Iran’s Taekwondo Medalist Alizadeh Might Enter 2020 Olympics Under a Different Flag 

By Reza Hamidi

Iran’s only female Olympic medalist Kimia Alizadeh, who recently moved to Germany, could compete in the 2020 Tokyo Olympics either as a member of the IOC Refugee Olympic Team (EOR) or as a permanent resident or naturalized citizen of another country if she meets the criteria, according to Seyyed Mohammad Ali Abdollahi, an expert in international law.

Mr. Abdollahi, a faculty member at the Shahid Beheshti University in Tehran, made the remarks in an interview with the Tehran-based Tabnak News Agency on January 18.

“According to Article 4.3 of the International Taekwondo Federation (ITF) regulations, members of a national team must be citizens of the country they represent,” Abdollahi explained. “Athletes who have represented their native countries in intercontinental Olympics qualification tournaments, world championship games, and intercontinental competitions must wait 36 months before they can compete under the flag of their adopted homes.”

“Article 41 of the Olympic Charter also states that athletes must represent the countries of their citizenship,” Abdollahi noted. “The IOC similarly requires that athletes must wait three years from the last time they represented their native country in intercontinental Olympics qualification tournaments, world championship games, and intercontinental competitions before they can compete under the flag of their adopted homes.”

“Given that Ms. Alizadeh represented Iran in the 2017 World Taekwondo Championships and the 2018 Asian Taekwondo Championships, she might not be allowed to compete in the 2020 Tokyo Olympic under the flag of another country,” Abdollahi argued. “However, the IOC has the power to either suspend or shorten the three-year rule, which means Alizadeh could compete in the 2020 Tokyo Olympics if she becomes a permanent resident or a naturalized citizen of another country.”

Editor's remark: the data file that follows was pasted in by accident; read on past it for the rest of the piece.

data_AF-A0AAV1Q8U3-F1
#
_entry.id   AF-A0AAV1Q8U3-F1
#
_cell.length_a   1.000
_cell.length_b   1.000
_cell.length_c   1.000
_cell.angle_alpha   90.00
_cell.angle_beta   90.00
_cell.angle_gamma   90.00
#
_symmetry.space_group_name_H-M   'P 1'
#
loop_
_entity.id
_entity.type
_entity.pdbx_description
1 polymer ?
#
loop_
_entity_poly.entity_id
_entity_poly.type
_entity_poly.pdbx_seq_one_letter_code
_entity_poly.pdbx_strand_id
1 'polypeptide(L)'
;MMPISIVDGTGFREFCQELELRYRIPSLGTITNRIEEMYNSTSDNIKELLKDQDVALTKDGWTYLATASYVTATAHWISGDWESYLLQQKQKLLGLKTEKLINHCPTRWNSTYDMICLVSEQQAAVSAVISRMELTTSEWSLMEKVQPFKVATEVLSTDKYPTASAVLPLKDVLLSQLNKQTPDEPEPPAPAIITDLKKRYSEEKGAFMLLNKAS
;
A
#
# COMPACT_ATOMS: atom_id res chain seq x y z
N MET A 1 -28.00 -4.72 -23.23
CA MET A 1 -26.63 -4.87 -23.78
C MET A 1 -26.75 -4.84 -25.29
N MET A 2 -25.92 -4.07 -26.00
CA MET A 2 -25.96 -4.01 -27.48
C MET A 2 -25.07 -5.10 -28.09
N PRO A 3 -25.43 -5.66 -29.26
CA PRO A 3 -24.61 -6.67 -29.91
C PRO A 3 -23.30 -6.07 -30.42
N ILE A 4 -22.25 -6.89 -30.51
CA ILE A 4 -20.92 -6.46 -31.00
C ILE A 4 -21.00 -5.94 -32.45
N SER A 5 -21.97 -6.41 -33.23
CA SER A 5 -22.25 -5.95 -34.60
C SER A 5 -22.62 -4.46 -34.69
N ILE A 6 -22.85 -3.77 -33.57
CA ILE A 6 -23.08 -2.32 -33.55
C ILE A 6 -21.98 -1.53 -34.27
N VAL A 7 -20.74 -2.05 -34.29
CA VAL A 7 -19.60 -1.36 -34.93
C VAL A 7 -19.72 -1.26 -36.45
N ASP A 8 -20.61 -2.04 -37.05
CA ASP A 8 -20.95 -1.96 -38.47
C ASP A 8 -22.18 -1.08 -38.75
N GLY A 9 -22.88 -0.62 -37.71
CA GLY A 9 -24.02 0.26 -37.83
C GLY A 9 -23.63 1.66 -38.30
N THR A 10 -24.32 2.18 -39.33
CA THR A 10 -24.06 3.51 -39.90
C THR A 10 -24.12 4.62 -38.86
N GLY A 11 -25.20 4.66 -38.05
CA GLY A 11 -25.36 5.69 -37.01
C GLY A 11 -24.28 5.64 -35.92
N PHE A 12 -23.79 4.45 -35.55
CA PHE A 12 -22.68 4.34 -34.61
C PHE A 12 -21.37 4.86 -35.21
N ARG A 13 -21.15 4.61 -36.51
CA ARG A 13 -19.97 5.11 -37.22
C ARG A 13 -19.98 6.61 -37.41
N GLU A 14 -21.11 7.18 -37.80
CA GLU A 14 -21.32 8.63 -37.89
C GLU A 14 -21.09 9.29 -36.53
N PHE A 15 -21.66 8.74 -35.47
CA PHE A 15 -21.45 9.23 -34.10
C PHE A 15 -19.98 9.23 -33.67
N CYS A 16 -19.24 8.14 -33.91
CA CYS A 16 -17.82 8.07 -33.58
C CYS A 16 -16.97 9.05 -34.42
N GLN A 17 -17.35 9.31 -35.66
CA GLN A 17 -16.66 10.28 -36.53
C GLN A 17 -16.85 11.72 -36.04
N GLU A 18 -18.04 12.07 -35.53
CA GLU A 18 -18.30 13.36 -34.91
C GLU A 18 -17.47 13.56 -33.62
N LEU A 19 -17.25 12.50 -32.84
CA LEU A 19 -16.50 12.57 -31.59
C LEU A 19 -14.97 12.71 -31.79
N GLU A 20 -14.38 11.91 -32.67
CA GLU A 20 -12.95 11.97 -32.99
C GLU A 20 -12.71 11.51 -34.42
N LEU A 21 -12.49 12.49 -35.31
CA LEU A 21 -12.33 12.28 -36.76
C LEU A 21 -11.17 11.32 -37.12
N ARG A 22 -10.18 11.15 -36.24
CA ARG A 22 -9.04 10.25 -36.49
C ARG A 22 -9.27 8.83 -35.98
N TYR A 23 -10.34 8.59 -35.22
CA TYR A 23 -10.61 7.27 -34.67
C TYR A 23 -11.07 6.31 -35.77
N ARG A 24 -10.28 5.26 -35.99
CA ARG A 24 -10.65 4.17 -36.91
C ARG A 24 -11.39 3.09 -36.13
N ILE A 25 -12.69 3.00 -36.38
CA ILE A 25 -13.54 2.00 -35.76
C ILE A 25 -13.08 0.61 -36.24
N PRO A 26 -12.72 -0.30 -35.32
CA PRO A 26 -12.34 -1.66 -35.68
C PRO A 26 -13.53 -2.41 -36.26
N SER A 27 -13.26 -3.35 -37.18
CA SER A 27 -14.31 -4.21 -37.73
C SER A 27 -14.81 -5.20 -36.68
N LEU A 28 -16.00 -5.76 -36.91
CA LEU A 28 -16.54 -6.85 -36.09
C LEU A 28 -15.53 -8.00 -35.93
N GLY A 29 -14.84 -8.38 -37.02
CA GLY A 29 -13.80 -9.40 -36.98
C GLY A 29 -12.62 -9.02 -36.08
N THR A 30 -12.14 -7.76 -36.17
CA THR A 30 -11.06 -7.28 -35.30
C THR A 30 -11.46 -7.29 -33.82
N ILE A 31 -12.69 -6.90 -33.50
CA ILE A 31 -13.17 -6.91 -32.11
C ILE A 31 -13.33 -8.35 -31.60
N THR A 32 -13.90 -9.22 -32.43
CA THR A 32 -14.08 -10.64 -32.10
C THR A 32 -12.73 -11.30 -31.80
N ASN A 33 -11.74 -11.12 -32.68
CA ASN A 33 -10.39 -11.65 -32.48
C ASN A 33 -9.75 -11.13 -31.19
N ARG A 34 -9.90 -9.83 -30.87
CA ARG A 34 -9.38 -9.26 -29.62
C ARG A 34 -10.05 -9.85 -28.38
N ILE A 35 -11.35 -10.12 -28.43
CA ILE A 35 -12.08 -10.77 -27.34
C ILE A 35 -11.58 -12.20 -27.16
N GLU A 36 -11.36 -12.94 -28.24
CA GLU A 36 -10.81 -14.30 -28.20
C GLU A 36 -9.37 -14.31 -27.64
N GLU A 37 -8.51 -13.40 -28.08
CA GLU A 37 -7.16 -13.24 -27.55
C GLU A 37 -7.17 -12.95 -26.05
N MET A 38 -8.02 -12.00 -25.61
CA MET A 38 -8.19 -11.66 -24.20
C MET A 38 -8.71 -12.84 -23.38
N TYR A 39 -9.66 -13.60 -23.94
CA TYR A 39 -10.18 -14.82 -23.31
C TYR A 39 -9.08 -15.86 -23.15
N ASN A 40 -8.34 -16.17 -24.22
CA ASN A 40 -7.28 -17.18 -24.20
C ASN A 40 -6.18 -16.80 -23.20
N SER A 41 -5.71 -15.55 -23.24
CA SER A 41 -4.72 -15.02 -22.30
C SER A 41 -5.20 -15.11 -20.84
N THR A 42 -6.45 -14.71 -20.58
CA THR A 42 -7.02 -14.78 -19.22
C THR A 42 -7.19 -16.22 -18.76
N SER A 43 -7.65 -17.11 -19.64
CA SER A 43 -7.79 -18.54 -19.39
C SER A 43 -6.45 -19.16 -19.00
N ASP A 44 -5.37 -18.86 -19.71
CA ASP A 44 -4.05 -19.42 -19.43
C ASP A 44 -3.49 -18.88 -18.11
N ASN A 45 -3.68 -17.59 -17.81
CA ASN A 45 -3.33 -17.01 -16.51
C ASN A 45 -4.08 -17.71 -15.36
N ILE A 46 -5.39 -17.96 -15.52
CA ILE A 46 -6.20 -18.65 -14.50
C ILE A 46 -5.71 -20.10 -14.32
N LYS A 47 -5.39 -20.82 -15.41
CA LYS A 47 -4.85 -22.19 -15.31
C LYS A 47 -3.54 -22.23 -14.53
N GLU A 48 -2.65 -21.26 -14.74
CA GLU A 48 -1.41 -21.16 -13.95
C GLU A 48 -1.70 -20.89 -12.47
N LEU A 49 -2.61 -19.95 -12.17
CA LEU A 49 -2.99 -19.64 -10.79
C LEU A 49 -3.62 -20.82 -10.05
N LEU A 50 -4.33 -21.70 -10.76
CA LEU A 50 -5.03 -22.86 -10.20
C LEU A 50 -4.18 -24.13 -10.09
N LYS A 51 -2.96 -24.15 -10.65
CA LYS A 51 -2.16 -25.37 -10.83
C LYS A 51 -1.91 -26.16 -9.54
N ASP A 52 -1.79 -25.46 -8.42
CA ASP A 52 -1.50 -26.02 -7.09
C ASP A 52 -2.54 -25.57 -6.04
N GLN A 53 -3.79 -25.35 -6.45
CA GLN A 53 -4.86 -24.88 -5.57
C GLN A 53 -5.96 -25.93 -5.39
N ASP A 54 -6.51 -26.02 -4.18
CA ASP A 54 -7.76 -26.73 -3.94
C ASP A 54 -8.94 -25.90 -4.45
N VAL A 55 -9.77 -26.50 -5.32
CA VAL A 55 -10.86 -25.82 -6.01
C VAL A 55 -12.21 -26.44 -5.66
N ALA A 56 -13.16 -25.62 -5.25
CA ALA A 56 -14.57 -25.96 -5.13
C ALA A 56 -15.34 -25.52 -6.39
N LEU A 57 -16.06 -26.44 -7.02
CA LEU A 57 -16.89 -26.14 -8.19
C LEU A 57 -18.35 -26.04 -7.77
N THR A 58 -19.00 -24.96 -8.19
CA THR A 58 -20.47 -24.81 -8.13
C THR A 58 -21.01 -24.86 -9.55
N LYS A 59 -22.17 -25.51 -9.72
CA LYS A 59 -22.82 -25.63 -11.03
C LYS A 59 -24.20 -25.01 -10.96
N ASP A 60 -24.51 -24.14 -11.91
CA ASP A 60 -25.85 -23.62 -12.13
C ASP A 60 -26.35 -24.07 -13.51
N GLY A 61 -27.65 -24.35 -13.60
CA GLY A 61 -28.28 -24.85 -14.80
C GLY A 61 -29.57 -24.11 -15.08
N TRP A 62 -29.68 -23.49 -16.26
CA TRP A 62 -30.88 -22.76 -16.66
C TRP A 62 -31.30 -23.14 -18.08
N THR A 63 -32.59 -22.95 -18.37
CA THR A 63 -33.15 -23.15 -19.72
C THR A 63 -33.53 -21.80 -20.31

“Ms. Alizadeh can also take part in the 2020 Tokyo Olympics as a member of the IOC Refugee Olympic Team (EOR). The OIC will announce the list of athletes in this group in June,” Abdollahi added. “However, the UNCHR must first approve her refugee status before she can be considered for the EOR. There are five Iranian Taekwondo competitors on the list of the IOC Refugee Olympic Team already.”

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Kimia Alizadeh, who won the bronze medal in taekwondo at the 2016 Rio Olympics, recently made headlines when she posted a message on her Instagram channel criticizing the Islamic Republic for exploiting her for their political gain.

“Should I begin with hello or goodbye or condolences?” Alizadeh said at the beginning of her message. “Hello to innocent Iranian people. Goodbye to the honorable Iranian nation. My condolences to grieving Iranians. How well do you know me? You have seen me on TV, tournaments, or the company of some officials. Please let me reveal my uncensored self to you. They [Iranian authorities] say Kimia will not amount to anything after this. I go even further and say I was a nobody until now.”

“I, Kimia Alizadeh, am not making history. I am neither a champion nor a flag-bearer of the Iranian delegation. I am one of the millions of oppressed women in Iran who has been used by them for years,” Ms. Alizadeh said at another point in her Instagram post. “They took me anywhere they wished. I wore whatever they told me to wear. I said everything they told me to say. They exploited me. They attributed my medals to the mandatory hijab and took credit for my achievements. I was not important to them. None of us matter to them. We are just tools. They only care about the medals which they exploit for their political aims.”

“To humiliate us, they tell us it is unbecoming for women [athletes] to stretch their legs. I instinctively stretch my legs when I wake up in the morning,” Alizadeh noted. “They always asked me to take part in live TV shows where I would answer scripted questions. However, they have branded me degenerate now that I am not there any longer.”

“I will endure living in a foreign land because I did not want to be a party to lies, corruption, and sycophancy,” Alizadeh concluded. “I will always remain an Iranian no matter where I live.

[Translate from Persian by Fardine Hamidi]

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